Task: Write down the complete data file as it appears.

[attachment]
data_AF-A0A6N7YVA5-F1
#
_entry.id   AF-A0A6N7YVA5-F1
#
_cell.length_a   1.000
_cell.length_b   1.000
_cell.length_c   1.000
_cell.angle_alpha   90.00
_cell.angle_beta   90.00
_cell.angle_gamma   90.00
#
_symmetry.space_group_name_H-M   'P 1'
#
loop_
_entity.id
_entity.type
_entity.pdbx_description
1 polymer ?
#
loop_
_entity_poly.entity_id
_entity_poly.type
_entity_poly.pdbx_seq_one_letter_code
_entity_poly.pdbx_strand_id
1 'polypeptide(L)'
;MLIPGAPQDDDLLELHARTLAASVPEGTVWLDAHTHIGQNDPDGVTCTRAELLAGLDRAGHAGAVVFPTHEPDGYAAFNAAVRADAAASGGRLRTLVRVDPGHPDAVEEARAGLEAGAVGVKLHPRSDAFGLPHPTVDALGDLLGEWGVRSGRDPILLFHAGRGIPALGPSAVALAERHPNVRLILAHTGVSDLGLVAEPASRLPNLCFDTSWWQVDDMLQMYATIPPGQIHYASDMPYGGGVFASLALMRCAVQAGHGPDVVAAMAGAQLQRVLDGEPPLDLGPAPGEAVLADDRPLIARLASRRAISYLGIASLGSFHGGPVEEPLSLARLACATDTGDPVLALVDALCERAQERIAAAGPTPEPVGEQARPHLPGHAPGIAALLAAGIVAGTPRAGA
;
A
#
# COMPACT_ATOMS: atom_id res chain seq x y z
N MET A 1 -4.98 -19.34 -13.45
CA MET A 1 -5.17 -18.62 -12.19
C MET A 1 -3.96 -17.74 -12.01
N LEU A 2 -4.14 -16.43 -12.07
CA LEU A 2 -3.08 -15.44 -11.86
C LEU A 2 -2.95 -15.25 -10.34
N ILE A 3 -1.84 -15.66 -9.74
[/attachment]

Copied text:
data_AF-A0A6N7YVA5-F1
#
_entry.id   AF-A0A6N7YVA5-F1
#
_cell.length_a   1.000
_cell.length_b   1.000
_cell.length_c   1.000
_cell.angle_alpha   90.00
_cell.angle_beta   90.00
_cell.angle_gamma   90.00
#
_symmetry.space_group_name_H-M   'P 1'
#
loop_
_entity.id
_entity.type
_entity.pdbx_description
1 polymer ?
#
loop_
_entity_poly.entity_id
_entity_poly.type
_entity_poly.pdbx_seq_one_letter_code
_entity_poly.pdbx_strand_id
1 'polypeptide(L)'
;MLIPGAPQDDDLLELHARTLAASVPEGTVWLDAHTHIGQNDPDGVTCTRAELLAGLDRAGHAGAVVFPTHEPDGYAAFNAAVRADAAASGGRLRTLVRVDPGHPDAVEEARAGLEAGAVGVKLHPRSDAFGLPHPTVDALGDLLGEWGVRSGRDPILLFHAGRGIPALGPSAVALAERHPNVRLILAHTGVSDLGLVAEPASRLPNLCFDTSWWQVDDMLQMYATIPPGQIHYASDMPYGGGVFASLALMRCAVQAGHGPDVVAAMAGAQLQRVLDGEPPLDLGPAPGEAVLADDRPLIARLASRRAISYLGIASLGSFHGGPVEEPLSLARLACATDTGDPVLALVDALCERAQERIAAAGPTPEPVGEQARPHLPGHAPGIAALLAAGIVAGTPRAGA
;
A
#
# COMPACT_ATOMS: atom_id res chain seq x y z
N MET A 1 -4.98 -19.34 -13.45
CA MET A 1 -5.17 -18.62 -12.19
C MET A 1 -3.96 -17.74 -12.01
N LEU A 2 -4.14 -16.43 -12.07
CA LEU A 2 -3.08 -15.44 -11.86
C LEU A 2 -2.95 -15.25 -10.34
N ILE A 3 -1.84 -15.66 -9.74